Eleanor Holland, Countess of Salisbury

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Eleanor Holland
Countess of Salisbury
Eleanor Holland and her husband, Sir Thomas Montacute. (Wrythe Garter Book)
Upholland, Lancashire, England
DiedAfter 1413
Bisham Manor, Berkshire, England
Noble familyHolland
Spouse(s)Thomas Montagu, 4th Earl of Salisbury
IssueAlice Montacute, 5th Countess of Salisbury
FatherThomas Holland, 2nd Earl of Kent
MotherLady Alice FitzAlan

Eleanor Holland, Countess of Salisbury (1386 – after 1413), was an English noblewoman, the daughter of Thomas Holland, 2nd Earl of Kent, a half-brother of King Richard II of England. She was the first wife of Thomas Montagu, 4th Earl of Salisbury. One of her brothers was Edmund Holland, 4th Earl of Kent, to whom she was co-heiress. She is not to be confused with her eldest sister Alianore Holland, Countess of March who bore the same name.


Lady Eleanor Holland was born in 1386 in Upholland, Lancashire, England, one of the ten children of Thomas Holland, 2nd Earl of Kent and Lady Alice FitzAlan, sister of Richard Fitzalan, 11th Earl of Arundel. Eleanor's eldest sister, Lady Alianore Holland, Countess of March who married Roger Mortimer, 4th Earl of March shared the same name. They were named after their maternal grandmother.[1] Eleanor's father was the half-brother of King Richard II. Her eldest brother Thomas Holland, 1st Duke of Surrey was beheaded in 1400 by a mob of angry citizens at Cirencester for his role in the Epiphany Rising, which was aimed against the life of King Henry IV of England, who had usurped the throne of King Richard. Thomas's heir to the earldom of Kent was her second eldest brother Edmund Holland, to whom Eleanor became co-heiress.

Her paternal grandparents were Thomas Holland, 1st Earl of Kent and Joan of Kent, who was the mother of King Richard by her second marriage to Edward, the Black Prince; and her maternal grandparents were Richard Fitzalan, 10th Earl of Arundel and Eleanor of Lancaster.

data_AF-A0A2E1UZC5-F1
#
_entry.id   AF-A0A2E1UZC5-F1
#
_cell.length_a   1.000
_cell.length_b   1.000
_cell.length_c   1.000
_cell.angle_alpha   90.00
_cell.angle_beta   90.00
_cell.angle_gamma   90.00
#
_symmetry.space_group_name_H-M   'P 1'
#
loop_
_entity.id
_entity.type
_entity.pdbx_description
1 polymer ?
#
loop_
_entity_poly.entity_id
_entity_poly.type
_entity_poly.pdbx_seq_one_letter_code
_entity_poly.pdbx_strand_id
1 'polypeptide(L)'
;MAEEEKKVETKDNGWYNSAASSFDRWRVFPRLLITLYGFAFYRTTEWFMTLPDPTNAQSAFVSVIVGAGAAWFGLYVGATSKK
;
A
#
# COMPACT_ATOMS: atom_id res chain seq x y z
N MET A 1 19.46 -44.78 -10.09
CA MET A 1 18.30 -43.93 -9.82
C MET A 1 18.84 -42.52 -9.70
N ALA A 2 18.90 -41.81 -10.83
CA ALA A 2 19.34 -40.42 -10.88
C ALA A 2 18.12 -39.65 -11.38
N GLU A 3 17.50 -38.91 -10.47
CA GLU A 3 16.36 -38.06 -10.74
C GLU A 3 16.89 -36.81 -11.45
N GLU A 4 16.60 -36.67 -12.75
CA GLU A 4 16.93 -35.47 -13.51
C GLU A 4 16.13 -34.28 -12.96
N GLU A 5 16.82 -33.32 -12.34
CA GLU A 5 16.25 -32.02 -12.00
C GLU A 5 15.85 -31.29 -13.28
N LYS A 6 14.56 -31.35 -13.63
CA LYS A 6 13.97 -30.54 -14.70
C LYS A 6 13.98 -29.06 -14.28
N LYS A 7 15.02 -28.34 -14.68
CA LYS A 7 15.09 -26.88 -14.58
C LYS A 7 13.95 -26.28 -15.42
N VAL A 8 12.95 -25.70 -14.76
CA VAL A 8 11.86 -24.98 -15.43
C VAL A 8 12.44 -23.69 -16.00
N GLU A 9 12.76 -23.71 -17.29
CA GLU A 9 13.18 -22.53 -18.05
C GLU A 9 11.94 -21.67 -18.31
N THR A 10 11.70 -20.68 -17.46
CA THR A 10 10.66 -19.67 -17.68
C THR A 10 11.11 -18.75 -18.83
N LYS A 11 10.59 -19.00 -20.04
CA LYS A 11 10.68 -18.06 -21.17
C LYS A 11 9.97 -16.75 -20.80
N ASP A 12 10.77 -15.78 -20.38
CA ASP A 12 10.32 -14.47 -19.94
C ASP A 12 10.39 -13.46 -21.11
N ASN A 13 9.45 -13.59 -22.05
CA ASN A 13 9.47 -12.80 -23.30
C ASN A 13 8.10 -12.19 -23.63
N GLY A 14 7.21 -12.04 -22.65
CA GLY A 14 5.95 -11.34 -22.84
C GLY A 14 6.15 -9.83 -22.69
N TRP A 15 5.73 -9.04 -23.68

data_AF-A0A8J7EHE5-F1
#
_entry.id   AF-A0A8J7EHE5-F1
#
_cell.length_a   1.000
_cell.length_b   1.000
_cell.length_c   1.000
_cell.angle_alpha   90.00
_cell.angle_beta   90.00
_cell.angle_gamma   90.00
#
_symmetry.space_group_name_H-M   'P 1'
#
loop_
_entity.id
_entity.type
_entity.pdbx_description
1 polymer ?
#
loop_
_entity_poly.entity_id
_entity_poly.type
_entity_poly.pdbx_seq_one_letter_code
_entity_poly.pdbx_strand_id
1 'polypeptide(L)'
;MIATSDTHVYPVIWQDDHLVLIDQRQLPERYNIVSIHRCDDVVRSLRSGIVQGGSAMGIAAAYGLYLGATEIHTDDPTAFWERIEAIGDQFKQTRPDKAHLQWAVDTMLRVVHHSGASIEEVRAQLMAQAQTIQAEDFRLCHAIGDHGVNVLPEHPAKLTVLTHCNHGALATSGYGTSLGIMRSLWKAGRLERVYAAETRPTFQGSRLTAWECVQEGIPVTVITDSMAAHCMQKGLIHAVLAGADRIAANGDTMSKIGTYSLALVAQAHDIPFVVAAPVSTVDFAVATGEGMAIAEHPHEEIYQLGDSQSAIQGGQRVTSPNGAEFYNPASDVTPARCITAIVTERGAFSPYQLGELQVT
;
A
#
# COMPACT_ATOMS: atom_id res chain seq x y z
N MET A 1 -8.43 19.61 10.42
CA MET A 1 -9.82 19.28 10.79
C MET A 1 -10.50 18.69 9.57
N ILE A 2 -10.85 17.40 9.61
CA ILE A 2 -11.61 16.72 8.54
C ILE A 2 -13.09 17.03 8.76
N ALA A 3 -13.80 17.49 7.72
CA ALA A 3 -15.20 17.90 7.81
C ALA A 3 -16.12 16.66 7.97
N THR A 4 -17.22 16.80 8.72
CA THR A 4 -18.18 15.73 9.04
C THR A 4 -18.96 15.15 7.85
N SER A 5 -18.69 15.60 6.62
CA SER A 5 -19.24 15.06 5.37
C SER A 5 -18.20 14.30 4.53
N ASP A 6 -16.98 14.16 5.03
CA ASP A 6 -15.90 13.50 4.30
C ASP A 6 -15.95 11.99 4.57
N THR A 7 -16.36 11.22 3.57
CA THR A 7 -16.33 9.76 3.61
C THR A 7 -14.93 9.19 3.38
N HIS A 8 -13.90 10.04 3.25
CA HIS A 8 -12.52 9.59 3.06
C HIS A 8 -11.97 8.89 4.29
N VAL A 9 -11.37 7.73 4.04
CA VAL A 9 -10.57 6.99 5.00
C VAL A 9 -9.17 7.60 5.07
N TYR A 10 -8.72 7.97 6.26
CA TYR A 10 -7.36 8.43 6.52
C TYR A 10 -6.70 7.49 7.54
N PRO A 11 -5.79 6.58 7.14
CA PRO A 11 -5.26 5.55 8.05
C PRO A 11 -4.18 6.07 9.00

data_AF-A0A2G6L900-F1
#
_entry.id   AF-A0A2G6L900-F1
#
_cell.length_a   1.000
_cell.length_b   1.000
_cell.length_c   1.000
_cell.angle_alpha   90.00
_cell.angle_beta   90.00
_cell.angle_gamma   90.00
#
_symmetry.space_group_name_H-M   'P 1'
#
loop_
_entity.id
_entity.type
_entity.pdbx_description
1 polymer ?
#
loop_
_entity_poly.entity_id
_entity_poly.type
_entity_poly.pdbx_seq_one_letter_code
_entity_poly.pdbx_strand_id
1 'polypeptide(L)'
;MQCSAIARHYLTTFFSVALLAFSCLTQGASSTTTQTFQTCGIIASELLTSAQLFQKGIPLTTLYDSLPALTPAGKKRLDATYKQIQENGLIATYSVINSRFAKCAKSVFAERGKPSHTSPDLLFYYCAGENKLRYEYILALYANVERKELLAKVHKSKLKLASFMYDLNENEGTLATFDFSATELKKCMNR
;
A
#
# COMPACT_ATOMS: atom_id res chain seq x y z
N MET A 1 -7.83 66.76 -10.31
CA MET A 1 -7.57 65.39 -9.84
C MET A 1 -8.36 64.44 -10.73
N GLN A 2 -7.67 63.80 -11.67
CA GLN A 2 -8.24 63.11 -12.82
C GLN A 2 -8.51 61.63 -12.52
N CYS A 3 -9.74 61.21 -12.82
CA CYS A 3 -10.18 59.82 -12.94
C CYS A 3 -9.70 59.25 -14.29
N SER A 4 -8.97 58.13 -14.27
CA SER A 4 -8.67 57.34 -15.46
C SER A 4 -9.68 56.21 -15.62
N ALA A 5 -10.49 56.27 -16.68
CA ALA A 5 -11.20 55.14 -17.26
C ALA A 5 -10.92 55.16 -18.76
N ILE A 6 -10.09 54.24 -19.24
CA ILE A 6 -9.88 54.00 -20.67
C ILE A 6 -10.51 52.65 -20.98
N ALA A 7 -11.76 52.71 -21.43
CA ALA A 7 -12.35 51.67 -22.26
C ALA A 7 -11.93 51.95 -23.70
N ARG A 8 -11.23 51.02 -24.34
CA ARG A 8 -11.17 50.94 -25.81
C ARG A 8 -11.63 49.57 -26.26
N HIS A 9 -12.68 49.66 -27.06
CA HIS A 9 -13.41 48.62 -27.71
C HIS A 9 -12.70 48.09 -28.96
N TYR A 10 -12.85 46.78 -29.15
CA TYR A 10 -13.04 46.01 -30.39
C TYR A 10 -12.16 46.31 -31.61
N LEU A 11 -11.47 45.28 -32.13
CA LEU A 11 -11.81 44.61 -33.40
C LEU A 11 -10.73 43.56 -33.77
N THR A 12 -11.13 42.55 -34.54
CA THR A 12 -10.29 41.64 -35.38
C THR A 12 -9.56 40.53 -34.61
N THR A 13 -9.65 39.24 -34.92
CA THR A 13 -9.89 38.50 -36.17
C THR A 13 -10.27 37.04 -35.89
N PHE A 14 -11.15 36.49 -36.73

Bisham Manor, the home of Eleanor Holland and Thomas Montacute.

Marriage and issue[edit]

Lady Eleanor married Sir Thomas Montagu, son of John Montagu, 3rd Earl of Salisbury and Maud Francis, on 23 May 1399, as his first wife. She was about thirteen years old at the time of her marriage. Thomas would later become one of the most important commanders in the Hundred Years War. Eleanor did not assume the title of Countess of Salisbury until 14 June 1409, when the title, Earl of Salisbury, was nominally restored to Thomas.[2] An attainder had been placed on his father's title and estates following his execution for his participation in the Epiphany Rising in 1400 alongside Eleanor's brother, Thomas. Eleanor's uncle John Holland, 1st Duke of Exeter had also been part of the conspiracy but he had escaped the mob only to be captured in Essex and decapitated on the orders of her maternal aunt Joan Fitzalan, mother-in-law of King Henry IV.

Thomas and Eleanor made their home at Bisham Manor in Berkshire. Together they had one daughter:

Eleanor died on an unknown date sometime after 1413. She was buried in Bisham Priory.[4]

Thomas married secondly before 1424, Alice Chaucer, granddaughter of the noted author Geoffrey Chaucer, but their marriage was childless. He was mortally wounded on 27 October 1428 at the Siege of Orléans and died several days later on 3 November.

Alice, the daughter of Thomas and Eleanor, succeeded her father as suo jure 5th Countess of Salisbury. Through Alice, Eleanor was the grandmother of Richard Neville, 16th Earl of Warwick and great-grandmother of Cecily Bonville, who became one of the wealthiest English heiresses in the 15th century.[3] Eleanor was also the great-great-great-grandmother of queen consort Catherine Parr, the sixth and final wife of King Henry VIII.[3][5]



  1. ^ Note. It is likely that at the time of Eleanor's birth, her eldest sister Alianore was not expected to live. Antonia Fraser, on page 443 in her book, The Wives of Henry VIII, explains that in the Middle Ages, a newborn baby was sometimes named for an older sibling of the same sex who had died or was expected to die.
  2. ^ Rickard, John (2002). The Castle Community: The Personnel of English and Welsh Castles, 1272-1422. Boydell Press. p. 229.
  3. ^ a b c David Baldwin. The Kingmaker's Sisters: Six Powerful Women in the Wars of the Roses, History Press, 1 August 2009.
  4. ^ Ward, Jennifer (2014). English Noblewomen in the Later Middle Ages. Taylor & Francis. p. 161.
  5. ^ Douglas Richardson, Plantagenet Ancestry (Baltimore, Maryland, U.S.A.: Genealogical Publishing Company, 2004), page 566.